In the Spirit of Collegial Inquiry...

updated: 21 Jan MM

Feynman: A Genius in Search of Normality

by Eric McKeever

Of all the towering scientific giants of the twentieth century, Richard Feynman stands alone in combining a prodigious intellect with a warm, sincere, human, fun-loving personality. Feynman had no desire to be regarded as a one-sided, impractical ivory tower intellectual ... and he consciously cultivated other aspects of his personality to avoid this happening. In so doing, he became one of the most fascinating figures in the pantheon of great modern scientists. For sheer human interest Nicola Tesla compares, though Tesla was a vastly different personality, much less appealing.

At the literate public level, Feynman was noted for his safe-cracking exploits at Los Alamos, his bongo playing at parties, his frigideira playing in a small Brazilian street band (the frigideira is a toy frying pan), or his talented drawings in later life. He meant to amuse, to be amused, and he succeeded well and truly. This part of his life, to read about, was both entertaining and understandable. I have read his lectures on quantum electrodynamics, and must concede that to the 'person without a grounding in advanced physics, there are more lacunae than illuminations.

Feynman worked diligently throughout his life at balancing his awesome academic power with folksy and mundane skills. In maturity he engaged in activities wildly at variance with the usual public perception of the proper role of the major scientist. Far from being quirky or eccentric, I truly believe that Feynman knew exactly what he was about ... doing whatever he did for a desired effect. He apparently derived as much satisfaction from these endeavors as he did from his scientific achievements. World class scholars are rarely appealing as human beings, generally uninteresting apart from their achievements or discoveries. Feynman was a coruscating exception to this generality. There is a video film, Last Journey of a Genius, a biographical sketch of Feynman. In it he proves to be a warm, clever, engaging and very likable person. The viewer experiences a real sense of pain and loss that Feynman was not able to make the journey to Tannu Tuva upon which he had set his heart for decades.

Feynman's life was marked by soaring peaks of success and abyssal troughs of tragedy. He was born and grew up in Far Rockaway, Long Island, in the 1930's, of middle class Jewish background and environment. He married his high school sweetheart, Arlene, who died about five years later of tuberculosis. Feynman was then working on atomic energy at Los Alamos. Arlene was a woman of uncommon beauty and intelligence and Richard adored her; there was a second marriage which ended in divorce, about which little is said in the biographical data. There was a third marriage to an English woman, Gweneth, apparently a happy and successful relationship which produced two children, Carl and Michelle.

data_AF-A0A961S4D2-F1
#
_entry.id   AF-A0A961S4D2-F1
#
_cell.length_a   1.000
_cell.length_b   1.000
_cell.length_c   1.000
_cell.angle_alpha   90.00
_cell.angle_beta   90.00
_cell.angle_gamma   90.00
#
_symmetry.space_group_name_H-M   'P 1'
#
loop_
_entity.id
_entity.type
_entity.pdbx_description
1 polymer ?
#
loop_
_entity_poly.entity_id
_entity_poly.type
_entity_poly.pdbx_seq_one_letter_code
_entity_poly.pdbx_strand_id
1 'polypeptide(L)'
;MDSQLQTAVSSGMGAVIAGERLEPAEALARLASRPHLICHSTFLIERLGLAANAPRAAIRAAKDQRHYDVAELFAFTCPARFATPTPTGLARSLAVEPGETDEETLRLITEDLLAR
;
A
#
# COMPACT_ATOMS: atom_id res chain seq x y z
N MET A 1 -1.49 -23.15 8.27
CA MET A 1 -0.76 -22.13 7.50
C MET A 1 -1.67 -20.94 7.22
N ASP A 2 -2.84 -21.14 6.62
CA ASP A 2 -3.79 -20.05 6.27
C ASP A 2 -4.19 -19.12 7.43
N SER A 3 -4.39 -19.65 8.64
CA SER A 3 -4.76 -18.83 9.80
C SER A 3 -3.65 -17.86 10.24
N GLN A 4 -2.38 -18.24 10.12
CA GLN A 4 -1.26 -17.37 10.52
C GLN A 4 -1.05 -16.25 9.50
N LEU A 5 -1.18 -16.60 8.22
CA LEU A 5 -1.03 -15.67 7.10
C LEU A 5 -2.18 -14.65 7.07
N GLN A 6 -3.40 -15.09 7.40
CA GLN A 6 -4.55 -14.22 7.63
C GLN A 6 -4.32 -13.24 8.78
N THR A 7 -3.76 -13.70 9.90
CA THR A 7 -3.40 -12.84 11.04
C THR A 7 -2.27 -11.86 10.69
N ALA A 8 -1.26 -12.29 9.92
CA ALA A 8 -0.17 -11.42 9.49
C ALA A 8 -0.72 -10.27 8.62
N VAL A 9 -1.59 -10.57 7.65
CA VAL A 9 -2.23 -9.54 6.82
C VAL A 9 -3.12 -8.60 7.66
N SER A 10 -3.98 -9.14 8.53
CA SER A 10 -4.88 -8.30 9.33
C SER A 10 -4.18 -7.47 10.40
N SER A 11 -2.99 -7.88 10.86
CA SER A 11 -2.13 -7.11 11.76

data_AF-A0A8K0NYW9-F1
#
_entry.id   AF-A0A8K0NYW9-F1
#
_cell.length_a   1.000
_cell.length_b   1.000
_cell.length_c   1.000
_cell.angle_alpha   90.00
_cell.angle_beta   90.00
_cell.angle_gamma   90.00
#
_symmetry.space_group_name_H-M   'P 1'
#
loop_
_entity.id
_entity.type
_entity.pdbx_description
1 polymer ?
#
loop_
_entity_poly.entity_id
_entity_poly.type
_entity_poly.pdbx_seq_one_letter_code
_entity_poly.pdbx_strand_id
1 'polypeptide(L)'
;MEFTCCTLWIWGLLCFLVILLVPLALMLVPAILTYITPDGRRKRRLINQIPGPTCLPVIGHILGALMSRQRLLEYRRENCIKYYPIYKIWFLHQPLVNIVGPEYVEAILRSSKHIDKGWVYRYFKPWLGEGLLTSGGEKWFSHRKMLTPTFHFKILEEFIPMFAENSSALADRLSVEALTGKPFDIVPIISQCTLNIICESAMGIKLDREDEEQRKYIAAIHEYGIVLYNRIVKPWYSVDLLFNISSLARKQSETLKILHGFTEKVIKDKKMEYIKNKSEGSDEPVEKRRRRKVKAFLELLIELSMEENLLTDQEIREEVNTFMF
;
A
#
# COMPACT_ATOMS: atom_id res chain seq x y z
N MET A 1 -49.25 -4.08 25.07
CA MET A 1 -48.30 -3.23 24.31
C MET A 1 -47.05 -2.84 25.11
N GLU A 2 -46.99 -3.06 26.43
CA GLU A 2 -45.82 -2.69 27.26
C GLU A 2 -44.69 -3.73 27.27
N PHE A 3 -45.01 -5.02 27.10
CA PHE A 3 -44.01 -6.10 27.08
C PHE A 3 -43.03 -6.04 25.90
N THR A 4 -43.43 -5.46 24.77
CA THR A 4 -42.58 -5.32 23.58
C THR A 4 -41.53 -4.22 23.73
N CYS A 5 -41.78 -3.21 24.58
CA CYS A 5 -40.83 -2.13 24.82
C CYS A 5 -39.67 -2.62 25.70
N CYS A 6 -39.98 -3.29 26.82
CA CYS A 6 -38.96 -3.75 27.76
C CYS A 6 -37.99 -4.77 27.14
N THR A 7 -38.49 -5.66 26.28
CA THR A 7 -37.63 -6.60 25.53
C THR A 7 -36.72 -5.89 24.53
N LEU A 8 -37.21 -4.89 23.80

Feynman never held any illusions about what he could do intellectually in his field of theoretical physics. He graduated from the Massachusetts Institute of Technology in 1939, then went on to Princeton to obtain his doctorate. While there he began working on the Manhattan Project, and he went to Los Alamos in April of 1943. While still at Princeton, he became deeply involved in the study of quantum electrodynamics.

His advisor, John Wheeler, thought it would be useful for Feynman to give a seminar on the subject. Feynman was astonished and appalled to find in the small group assembled for his lecture: Henry Russell, astronomer; John von Neumann, mathematician; Professor Pauli, physicist; and Albert Einstein. Each of these luminaries was world-famous at that time. Feynman was then in his early twenties. The lecture went smoothly. It was for his work on quantum electrodynamics that Feynman received the Nobel Prize in 1965, sharing it with Julian Schwinger and Sinitiro Tomonaga of Japan.

Adolescence is a period of the forming of the sense of personal identity. In Surely You're Joking, Mr Feynman, on page 67, there is a paragraph which sets forth Feynman's most basic ideas about his sense of masculinity and the appropriate ideas to be held. In his own words:

"... The reason why I say I'm "uncultured" or "anti-intellectual" probably goes all the way back to the time when I was in high school. I was always worried about being a sissy; I didn't want to be too delicate. To me, no real man ever paid any attention to poetry and such things. How poetry ever got written - that never struck me! So I developed a negative attitude toward the guy who studies French literature, or studies too much music or poetry - all those "fancy" things. I admired better the steel-worker, the welder, or the machine shop man. I always thought the guy who worked in the machine shop and could make things, now he was a real guy! That was my attitude. To be a practical man was, to me, always somehow a positive virtue, and to be "cultured" or "intellectual" was not. The first was right, of course, but the second was crazy ..."

Here we look into his very soul. This is the taproot, the innermost psyche. It was the tension between being an extreme intellectual and wanting to be regarded as a "regular fellow" that resulted in pranks, diversions and excursions indulged in by Feynman throughout his career. His anxiety over wanting to be seen as a "regular fellow" added dimensions to his personality that would not otherwise have occurred. We are indebted to him for much more than his magnificent achievements in science.

This article was originally published in the Baltimore Freethinker Journal.

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